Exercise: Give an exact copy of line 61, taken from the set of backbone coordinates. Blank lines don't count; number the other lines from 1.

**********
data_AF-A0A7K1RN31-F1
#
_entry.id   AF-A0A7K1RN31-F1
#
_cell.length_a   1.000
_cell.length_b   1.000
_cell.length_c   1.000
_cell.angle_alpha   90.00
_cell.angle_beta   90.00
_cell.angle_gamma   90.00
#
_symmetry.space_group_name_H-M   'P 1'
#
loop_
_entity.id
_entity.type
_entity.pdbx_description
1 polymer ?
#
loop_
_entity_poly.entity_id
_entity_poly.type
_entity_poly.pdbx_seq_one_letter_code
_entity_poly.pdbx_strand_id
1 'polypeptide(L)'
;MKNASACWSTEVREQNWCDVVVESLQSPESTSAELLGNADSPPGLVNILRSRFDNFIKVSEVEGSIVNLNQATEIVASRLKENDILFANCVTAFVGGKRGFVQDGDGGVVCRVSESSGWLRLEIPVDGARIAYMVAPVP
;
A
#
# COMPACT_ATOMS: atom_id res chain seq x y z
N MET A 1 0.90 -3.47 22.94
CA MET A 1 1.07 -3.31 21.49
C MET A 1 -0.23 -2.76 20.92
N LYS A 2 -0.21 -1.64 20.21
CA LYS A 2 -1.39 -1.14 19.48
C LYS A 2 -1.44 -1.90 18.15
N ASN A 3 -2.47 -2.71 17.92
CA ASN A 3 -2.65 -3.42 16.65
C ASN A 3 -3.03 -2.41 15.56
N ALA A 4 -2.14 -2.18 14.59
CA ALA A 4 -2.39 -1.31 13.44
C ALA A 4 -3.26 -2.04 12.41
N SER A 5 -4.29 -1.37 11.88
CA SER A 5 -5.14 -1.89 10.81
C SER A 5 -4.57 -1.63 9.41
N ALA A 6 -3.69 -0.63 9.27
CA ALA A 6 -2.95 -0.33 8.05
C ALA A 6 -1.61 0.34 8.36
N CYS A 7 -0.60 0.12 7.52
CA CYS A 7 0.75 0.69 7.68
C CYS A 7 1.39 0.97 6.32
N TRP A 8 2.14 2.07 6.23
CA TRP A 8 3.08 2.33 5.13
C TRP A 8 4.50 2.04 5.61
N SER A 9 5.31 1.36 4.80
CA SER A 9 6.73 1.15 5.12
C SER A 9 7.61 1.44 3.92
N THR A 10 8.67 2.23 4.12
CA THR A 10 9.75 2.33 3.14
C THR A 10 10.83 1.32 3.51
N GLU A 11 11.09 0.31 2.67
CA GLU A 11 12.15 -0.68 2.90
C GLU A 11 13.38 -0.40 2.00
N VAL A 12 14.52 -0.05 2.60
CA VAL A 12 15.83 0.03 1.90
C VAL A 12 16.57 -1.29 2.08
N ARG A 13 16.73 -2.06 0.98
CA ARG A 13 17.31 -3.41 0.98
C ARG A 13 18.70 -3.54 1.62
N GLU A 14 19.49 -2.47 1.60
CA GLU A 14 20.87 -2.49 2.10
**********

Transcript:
N GLU A 11 11.09 0.31 2.67